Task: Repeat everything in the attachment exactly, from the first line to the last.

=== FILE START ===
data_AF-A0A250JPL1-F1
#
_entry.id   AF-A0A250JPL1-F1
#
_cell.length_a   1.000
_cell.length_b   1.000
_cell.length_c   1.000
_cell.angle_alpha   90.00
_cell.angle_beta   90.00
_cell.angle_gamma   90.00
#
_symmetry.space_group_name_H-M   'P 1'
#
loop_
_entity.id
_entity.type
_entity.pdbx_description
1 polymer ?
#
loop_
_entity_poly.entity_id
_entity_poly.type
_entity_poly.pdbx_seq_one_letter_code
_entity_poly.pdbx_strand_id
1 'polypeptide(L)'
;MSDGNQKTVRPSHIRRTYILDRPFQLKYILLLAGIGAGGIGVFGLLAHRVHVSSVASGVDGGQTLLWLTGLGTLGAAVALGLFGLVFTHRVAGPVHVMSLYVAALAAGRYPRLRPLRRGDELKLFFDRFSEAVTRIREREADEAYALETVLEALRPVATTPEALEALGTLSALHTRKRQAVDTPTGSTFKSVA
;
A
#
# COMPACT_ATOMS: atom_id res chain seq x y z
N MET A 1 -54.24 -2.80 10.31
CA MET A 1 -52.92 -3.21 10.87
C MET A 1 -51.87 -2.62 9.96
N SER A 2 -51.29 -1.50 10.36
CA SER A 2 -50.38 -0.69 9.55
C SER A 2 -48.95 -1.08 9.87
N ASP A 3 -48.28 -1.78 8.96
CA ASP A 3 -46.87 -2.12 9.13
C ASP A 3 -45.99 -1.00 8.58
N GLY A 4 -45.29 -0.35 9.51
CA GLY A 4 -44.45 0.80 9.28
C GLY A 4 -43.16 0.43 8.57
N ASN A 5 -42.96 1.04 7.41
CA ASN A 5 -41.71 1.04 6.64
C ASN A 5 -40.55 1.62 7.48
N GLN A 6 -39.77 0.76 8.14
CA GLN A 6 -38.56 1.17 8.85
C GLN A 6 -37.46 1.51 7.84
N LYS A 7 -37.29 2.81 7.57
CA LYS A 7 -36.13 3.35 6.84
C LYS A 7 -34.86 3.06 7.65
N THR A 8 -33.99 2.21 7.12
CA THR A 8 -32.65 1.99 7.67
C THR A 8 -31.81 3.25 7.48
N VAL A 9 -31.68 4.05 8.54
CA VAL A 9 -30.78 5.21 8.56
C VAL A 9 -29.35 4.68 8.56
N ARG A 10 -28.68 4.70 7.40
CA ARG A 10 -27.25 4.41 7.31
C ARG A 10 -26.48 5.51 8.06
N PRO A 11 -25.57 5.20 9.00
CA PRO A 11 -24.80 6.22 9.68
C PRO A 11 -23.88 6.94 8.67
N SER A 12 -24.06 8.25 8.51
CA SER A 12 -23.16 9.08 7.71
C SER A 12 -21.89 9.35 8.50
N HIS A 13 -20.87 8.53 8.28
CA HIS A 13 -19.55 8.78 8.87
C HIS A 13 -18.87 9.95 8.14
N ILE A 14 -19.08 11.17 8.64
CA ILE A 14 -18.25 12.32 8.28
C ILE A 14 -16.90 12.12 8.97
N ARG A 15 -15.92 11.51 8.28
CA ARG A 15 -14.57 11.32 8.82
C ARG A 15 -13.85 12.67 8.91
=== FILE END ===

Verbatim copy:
data_AF-A0A250JPL1-F1
#
_entry.id   AF-A0A250JPL1-F1
#
_cell.length_a   1.000
_cell.length_b   1.000
_cell.length_c   1.000
_cell.angle_alpha   90.00
_cell.angle_beta   90.00
_cell.angle_gamma   90.00
#
_symmetry.space_group_name_H-M   'P 1'
#
loop_
_entity.id
_entity.type
_entity.pdbx_description
1 polymer ?
#
loop_
_entity_poly.entity_id
_entity_poly.type
_entity_poly.pdbx_seq_one_letter_code
_entity_poly.pdbx_strand_id
1 'polypeptide(L)'
;MSDGNQKTVRPSHIRRTYILDRPFQLKYILLLAGIGAGGIGVFGLLAHRVHVSSVASGVDGGQTLLWLTGLGTLGAAVALGLFGLVFTHRVAGPVHVMSLYVAALAAGRYPRLRPLRRGDELKLFFDRFSEAVTRIREREADEAYALETVLEALRPVATTPEALEALGTLSALHTRKRQAVDTPTGSTFKSVA
;
A
#
# COMPACT_ATOMS: atom_id res chain seq x y z
N MET A 1 -54.24 -2.80 10.31
CA MET A 1 -52.92 -3.21 10.87
C MET A 1 -51.87 -2.62 9.96
N SER A 2 -51.29 -1.50 10.36
CA SER A 2 -50.38 -0.69 9.55
C SER A 2 -48.95 -1.08 9.87
N ASP A 3 -48.28 -1.78 8.96
CA ASP A 3 -46.87 -2.12 9.13
C ASP A 3 -45.99 -1.00 8.58
N GLY A 4 -45.29 -0.35 9.51
CA GLY A 4 -44.45 0.80 9.28
C GLY A 4 -43.16 0.43 8.57
N ASN A 5 -42.96 1.04 7.41
CA ASN A 5 -41.71 1.04 6.64
C ASN A 5 -40.55 1.62 7.48
N GLN A 6 -39.77 0.76 8.14
CA GLN A 6 -38.56 1.17 8.85
C GLN A 6 -37.46 1.51 7.84
N LYS A 7 -37.29 2.81 7.57
CA LYS A 7 -36.13 3.35 6.84
C LYS A 7 -34.86 3.06 7.65
N THR A 8 -33.99 2.21 7.12
CA THR A 8 -32.65 1.99 7.67
C THR A 8 -31.81 3.25 7.48
N VAL A 9 -31.68 4.05 8.54
CA VAL A 9 -30.78 5.21 8.56
C VAL A 9 -29.35 4.68 8.56
N ARG A 10 -28.68 4.70 7.40
CA ARG A 10 -27.25 4.41 7.31
C ARG A 10 -26.48 5.51 8.06
N PRO A 11 -25.57 5.20 9.00
CA PRO A 11 -24.80 6.22 9.68
C PRO A 11 -23.88 6.94 8.67
N SER A 12 -24.06 8.25 8.51
CA SER A 12 -23.16 9.08 7.71
C SER A 12 -21.89 9.35 8.50
N HIS A 13 -20.87 8.53 8.28
CA HIS A 13 -19.55 8.78 8.87
C HIS A 13 -18.87 9.95 8.14
N ILE A 14 -19.08 11.17 8.64
CA ILE A 14 -18.25 12.32 8.28
C ILE A 14 -16.90 12.12 8.97
N ARG A 15 -15.92 11.51 8.28
CA ARG A 15 -14.57 11.32 8.82
C ARG A 15 -13.85 12.67 8.91